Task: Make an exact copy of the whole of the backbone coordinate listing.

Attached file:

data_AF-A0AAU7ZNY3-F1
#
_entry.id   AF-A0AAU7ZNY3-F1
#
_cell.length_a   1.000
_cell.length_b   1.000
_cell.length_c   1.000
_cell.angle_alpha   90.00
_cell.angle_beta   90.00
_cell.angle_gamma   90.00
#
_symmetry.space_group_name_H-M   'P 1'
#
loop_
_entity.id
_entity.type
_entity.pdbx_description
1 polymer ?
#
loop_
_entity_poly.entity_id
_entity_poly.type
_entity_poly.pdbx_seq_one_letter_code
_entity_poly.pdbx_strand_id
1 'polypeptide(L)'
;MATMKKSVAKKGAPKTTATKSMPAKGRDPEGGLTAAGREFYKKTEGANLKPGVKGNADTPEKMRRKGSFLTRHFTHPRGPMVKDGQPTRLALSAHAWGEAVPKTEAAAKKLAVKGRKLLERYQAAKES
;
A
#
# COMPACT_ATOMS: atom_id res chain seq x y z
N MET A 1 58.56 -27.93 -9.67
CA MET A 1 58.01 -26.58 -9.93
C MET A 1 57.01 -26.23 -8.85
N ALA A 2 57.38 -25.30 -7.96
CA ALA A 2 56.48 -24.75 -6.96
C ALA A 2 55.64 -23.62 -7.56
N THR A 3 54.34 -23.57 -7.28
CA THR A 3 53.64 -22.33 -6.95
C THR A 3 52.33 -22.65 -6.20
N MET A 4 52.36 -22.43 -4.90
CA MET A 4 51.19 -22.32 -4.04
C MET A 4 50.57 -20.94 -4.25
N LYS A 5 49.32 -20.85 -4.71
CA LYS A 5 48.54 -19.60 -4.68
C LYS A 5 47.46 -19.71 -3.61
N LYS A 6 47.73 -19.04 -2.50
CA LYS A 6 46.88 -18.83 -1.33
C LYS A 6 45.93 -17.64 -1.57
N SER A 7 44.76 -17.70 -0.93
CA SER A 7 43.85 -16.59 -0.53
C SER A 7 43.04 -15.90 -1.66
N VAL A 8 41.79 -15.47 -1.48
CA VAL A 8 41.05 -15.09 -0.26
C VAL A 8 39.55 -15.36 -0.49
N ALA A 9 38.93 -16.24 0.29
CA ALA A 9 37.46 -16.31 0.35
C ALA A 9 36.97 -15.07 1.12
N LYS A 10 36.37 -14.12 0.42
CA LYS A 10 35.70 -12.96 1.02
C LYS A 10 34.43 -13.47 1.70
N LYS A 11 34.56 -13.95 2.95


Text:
data_AF-A0AAU7ZNY3-F1
#
_entry.id   AF-A0AAU7ZNY3-F1
#
_cell.length_a   1.000
_cell.length_b   1.000
_cell.length_c   1.000
_cell.angle_alpha   90.00
_cell.angle_beta   90.00
_cell.angle_gamma   90.00
#
_symmetry.space_group_name_H-M   'P 1'
#
loop_
_entity.id
_entity.type
_entity.pdbx_description
1 polymer ?
#
loop_
_entity_poly.entity_id
_entity_poly.type
_entity_poly.pdbx_seq_one_letter_code
_entity_poly.pdbx_strand_id
1 'polypeptide(L)'
;MATMKKSVAKKGAPKTTATKSMPAKGRDPEGGLTAAGREFYKKTEGANLKPGVKGNADTPEKMRRKGSFLTRHFTHPRGPMVKDGQPTRLALSAHAWGEAVPKTEAAAKKLAVKGRKLLERYQAAKES
;
A
#
# COMPACT_ATOMS: atom_id res chain seq x y z
N MET A 1 58.56 -27.93 -9.67
CA MET A 1 58.01 -26.58 -9.93
C MET A 1 57.01 -26.23 -8.85
N ALA A 2 57.38 -25.30 -7.96
CA ALA A 2 56.48 -24.75 -6.96
C ALA A 2 55.64 -23.62 -7.56
N THR A 3 54.34 -23.57 -7.28
CA THR A 3 53.64 -22.33 -6.95
C THR A 3 52.33 -22.65 -6.20
N MET A 4 52.36 -22.43 -4.90
CA MET A 4 51.19 -22.32 -4.04
C MET A 4 50.57 -20.94 -4.25
N LYS A 5 49.32 -20.85 -4.71
CA LYS A 5 48.54 -19.60 -4.68
C LYS A 5 47.46 -19.71 -3.61
N LYS A 6 47.73 -19.04 -2.50
CA LYS A 6 46.88 -18.83 -1.33
C LYS A 6 45.93 -17.64 -1.57
N SER A 7 44.76 -17.70 -0.93
CA SER A 7 43.85 -16.59 -0.53
C SER A 7 43.04 -15.90 -1.66
N VAL A 8 41.79 -15.47 -1.48
CA VAL A 8 41.05 -15.09 -0.26
C VAL A 8 39.55 -15.36 -0.49
N ALA A 9 38.93 -16.24 0.29
CA ALA A 9 37.46 -16.31 0.35
C ALA A 9 36.97 -15.07 1.12
N LYS A 10 36.37 -14.12 0.42
CA LYS A 10 35.70 -12.96 1.02
C LYS A 10 34.43 -13.47 1.70
N LYS A 11 34.56 -13.95 2.95